What does it take to lead a disciple-making movement in your local church?

“You then, my son, be strong in the grace that is in Christ Jesus. And the things you have heard me say in the presence of many witnesses entrust to reliable people who will also be qualified to teach others. – 2 Timothy 2:1-2, NIV

Cartoon: Einstein’s Theory of Insanity – dailysignal.com


We need to act now.

Jesus pointed to this step when he told his disciples, “The harvest is plentiful, but the laborers are few” (Luke 10:2, NRSV). Jesus raised the awareness for urgency among his disciples so that they could start to do something about the concerns and challenges that a multitude of people face each day. As we learned great lessons from our successful church and community leaders, we need collaboration with organization and network leaders as well as leaders and members of communities to bring people together in responding to the needs, challenges, and opportunities for social change in their neighborhoods. Jesus sought the help and involvement of ordinary people to work with him in carrying the mission of God of welcoming and taking in all God’s children in the reign of God.


We need to build a team.

Jesus showed us how to do this step. In his encounter with Simon and his fellow fishermen, Jesus didn’t just find them; he empowered them to catch more than enough to fill their boats. Interestingly, Jesus invited ordinary people to follow him. He spent his entire career together with these ordinary folks. He spent a significant amount of time teaching, serving, praying, and living with his friends. Jesus empowered these ordinary people to make extraordinary things while participating in the Gospel work of Jesus. Our task as church leaders is to look for, invite, and empower our friends and allies to join and get involved in planting new churches. Like Jesus, we should go and find them, know them well, discover their passions, tie those passions to ministry opportunities, work with them, and love them.


We need to get the vision right.

It is almost impossible to see God’s vision when we are busy and happy with the status quo. If we are comfortable with the way things are, we cannot receive God’s vision. One way to see the right vision from God is to get out of God’s way. Join God in what God is doing and wants to do in your church and community. This is one step in developing a new faith community and vitalizing the local church that requires adequate time and careful attention on the part of the church leaders and the church leadership team. Do not rush this step in the process. It is critical to align every aspect of your congregation with God’s vision for your faith community. Be intentional in setting aside time for conversations and prayers with your folks about the vision of the church.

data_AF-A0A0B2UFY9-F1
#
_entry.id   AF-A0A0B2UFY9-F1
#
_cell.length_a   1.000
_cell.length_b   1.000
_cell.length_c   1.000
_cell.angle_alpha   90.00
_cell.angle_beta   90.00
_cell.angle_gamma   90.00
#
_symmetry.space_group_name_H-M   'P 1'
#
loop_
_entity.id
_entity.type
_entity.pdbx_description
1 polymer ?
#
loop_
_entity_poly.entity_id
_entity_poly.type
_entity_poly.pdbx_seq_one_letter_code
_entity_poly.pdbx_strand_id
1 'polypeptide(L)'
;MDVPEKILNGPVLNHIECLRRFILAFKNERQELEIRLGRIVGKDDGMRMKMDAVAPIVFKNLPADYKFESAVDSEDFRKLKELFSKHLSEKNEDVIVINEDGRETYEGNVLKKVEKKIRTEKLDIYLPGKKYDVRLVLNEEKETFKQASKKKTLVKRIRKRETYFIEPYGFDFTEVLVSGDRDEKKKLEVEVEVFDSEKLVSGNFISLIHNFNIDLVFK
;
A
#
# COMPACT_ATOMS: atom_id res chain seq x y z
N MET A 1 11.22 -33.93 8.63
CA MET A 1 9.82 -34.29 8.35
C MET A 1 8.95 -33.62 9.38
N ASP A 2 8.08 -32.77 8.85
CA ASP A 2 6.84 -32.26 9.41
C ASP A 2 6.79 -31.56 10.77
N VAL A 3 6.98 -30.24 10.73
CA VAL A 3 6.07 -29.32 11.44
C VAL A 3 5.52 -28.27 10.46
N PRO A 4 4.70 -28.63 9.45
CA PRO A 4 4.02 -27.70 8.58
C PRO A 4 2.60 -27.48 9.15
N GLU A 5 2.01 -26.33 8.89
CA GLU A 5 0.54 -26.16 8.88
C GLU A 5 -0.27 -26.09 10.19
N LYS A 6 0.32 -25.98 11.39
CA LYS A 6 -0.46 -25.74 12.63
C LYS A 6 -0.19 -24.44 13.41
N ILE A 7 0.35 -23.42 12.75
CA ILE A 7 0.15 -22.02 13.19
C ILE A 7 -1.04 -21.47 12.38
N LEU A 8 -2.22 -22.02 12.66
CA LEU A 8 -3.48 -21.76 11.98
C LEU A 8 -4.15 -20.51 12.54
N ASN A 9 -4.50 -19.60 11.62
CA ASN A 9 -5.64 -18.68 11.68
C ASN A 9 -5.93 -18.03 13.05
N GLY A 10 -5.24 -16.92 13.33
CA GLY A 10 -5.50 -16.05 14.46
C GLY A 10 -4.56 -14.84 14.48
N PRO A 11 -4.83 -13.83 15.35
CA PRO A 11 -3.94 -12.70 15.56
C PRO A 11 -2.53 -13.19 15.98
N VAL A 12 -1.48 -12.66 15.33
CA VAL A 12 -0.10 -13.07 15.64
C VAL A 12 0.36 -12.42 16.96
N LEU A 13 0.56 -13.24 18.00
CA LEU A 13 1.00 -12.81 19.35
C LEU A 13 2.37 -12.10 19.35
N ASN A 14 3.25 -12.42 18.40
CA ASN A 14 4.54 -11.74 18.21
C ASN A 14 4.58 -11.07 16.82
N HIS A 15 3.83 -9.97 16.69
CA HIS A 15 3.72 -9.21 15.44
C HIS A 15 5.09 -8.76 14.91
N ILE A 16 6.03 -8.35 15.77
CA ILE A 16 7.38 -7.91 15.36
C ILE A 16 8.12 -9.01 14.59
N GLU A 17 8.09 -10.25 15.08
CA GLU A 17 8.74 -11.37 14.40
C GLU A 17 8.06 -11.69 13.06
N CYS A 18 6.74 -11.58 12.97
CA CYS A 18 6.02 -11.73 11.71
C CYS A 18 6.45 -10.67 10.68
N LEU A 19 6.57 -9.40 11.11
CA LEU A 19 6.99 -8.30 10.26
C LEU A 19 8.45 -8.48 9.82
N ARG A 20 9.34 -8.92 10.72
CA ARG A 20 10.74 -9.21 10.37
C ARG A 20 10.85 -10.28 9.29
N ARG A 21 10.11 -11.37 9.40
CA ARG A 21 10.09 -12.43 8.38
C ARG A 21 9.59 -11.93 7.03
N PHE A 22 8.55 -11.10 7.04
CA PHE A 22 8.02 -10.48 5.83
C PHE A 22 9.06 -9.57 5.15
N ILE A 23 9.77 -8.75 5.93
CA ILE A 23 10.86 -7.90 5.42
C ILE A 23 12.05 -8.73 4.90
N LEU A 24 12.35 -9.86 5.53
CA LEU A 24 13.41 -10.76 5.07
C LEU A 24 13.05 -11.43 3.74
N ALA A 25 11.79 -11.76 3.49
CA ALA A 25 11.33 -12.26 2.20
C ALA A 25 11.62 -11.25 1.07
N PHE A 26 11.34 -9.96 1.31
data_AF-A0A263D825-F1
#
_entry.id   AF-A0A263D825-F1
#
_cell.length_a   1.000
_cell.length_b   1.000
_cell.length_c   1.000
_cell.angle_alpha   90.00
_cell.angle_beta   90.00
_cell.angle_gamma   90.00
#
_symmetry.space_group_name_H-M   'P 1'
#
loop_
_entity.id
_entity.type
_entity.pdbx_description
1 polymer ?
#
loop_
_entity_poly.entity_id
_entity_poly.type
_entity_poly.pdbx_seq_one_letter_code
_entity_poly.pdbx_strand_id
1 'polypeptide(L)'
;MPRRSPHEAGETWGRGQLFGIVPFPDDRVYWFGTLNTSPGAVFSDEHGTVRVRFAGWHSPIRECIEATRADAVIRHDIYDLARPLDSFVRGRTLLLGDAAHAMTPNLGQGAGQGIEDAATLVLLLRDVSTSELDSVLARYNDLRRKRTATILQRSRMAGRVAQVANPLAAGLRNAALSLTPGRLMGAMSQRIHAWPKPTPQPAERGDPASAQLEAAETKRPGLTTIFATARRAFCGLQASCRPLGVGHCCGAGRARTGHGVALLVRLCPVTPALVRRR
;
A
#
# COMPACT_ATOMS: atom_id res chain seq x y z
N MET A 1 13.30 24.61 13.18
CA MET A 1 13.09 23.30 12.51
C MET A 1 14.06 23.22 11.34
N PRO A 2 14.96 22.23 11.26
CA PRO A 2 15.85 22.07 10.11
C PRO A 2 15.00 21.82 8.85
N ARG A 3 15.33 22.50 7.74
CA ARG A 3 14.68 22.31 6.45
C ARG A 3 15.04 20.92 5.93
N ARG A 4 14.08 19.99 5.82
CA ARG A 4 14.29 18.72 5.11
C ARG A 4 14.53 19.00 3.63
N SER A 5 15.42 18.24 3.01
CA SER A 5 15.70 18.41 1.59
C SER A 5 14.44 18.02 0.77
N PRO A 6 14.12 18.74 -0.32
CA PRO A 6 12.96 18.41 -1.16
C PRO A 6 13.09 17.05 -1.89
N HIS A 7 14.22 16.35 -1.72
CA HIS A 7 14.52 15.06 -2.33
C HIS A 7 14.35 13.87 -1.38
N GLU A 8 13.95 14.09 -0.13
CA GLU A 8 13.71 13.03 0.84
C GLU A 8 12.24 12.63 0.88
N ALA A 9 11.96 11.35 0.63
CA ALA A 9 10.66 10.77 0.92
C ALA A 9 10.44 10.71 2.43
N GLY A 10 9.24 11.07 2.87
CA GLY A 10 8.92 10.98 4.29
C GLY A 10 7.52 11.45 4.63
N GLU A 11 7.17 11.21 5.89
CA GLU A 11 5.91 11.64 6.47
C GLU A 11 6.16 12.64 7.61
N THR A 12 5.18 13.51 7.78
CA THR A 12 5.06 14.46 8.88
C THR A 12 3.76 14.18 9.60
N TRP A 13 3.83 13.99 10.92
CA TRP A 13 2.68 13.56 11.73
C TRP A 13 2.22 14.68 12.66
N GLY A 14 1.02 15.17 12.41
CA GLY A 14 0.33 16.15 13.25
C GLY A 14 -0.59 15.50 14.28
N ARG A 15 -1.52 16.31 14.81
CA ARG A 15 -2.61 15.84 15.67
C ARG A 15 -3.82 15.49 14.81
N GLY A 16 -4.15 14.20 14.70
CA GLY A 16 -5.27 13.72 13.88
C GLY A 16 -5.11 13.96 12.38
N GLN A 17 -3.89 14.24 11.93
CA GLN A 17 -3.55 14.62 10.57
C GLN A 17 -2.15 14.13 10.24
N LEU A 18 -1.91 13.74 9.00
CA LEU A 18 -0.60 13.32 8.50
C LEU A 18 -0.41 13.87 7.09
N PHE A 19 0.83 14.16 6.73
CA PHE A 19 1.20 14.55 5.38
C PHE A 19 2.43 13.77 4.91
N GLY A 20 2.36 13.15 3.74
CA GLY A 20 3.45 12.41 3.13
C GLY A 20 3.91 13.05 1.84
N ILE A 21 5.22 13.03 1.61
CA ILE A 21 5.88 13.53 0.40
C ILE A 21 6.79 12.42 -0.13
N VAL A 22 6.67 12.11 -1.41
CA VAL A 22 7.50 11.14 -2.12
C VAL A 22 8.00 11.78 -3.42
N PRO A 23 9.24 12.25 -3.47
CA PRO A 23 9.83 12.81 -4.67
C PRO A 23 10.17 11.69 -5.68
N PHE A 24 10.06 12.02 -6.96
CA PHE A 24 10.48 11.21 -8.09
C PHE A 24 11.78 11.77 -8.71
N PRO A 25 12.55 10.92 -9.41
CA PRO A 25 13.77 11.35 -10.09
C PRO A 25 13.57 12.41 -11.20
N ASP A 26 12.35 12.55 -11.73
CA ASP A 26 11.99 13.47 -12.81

We need to cast the vision.

Take time to plant and nurture the vision with trusted folks from your planting team. When you and your team feel good about it, start sharing your vision to your people until the whole church gets excited about it and owns it. Lack of good communication often leads to confusion and distrust. The most effective leaders know the value of a vision and guiding team. Jesus taught multitudes of people and kept three in his inner circle. Do not go on this journey alone. Whatever you do and wherever you go, don’t hit the road without your friends and allies.


We need to empower people to action.

The true sign that your church is serious about this mission of making new disciples is when it moves beyond theory to action. As Christians, it is not good enough for us to say, “Jesus, I love you.” Jesus expects more from his disciples— “feed my sheep.” This principle and practice of empowering people in the church to exercise leadership in every aspect of the life and ministry of the church is clearly demonstrated by the stories of the five church planters we included in this book. Each one of them clearly pointed out the fact that it is impossible to do what they did and what they are still doing in their church if they did not equip and empower the members of their leadership team and members of the church. It takes the whole church to make things happen. As their leader, you need to empower your people to act with their gifts, strengths, and love for God and for all God’s people.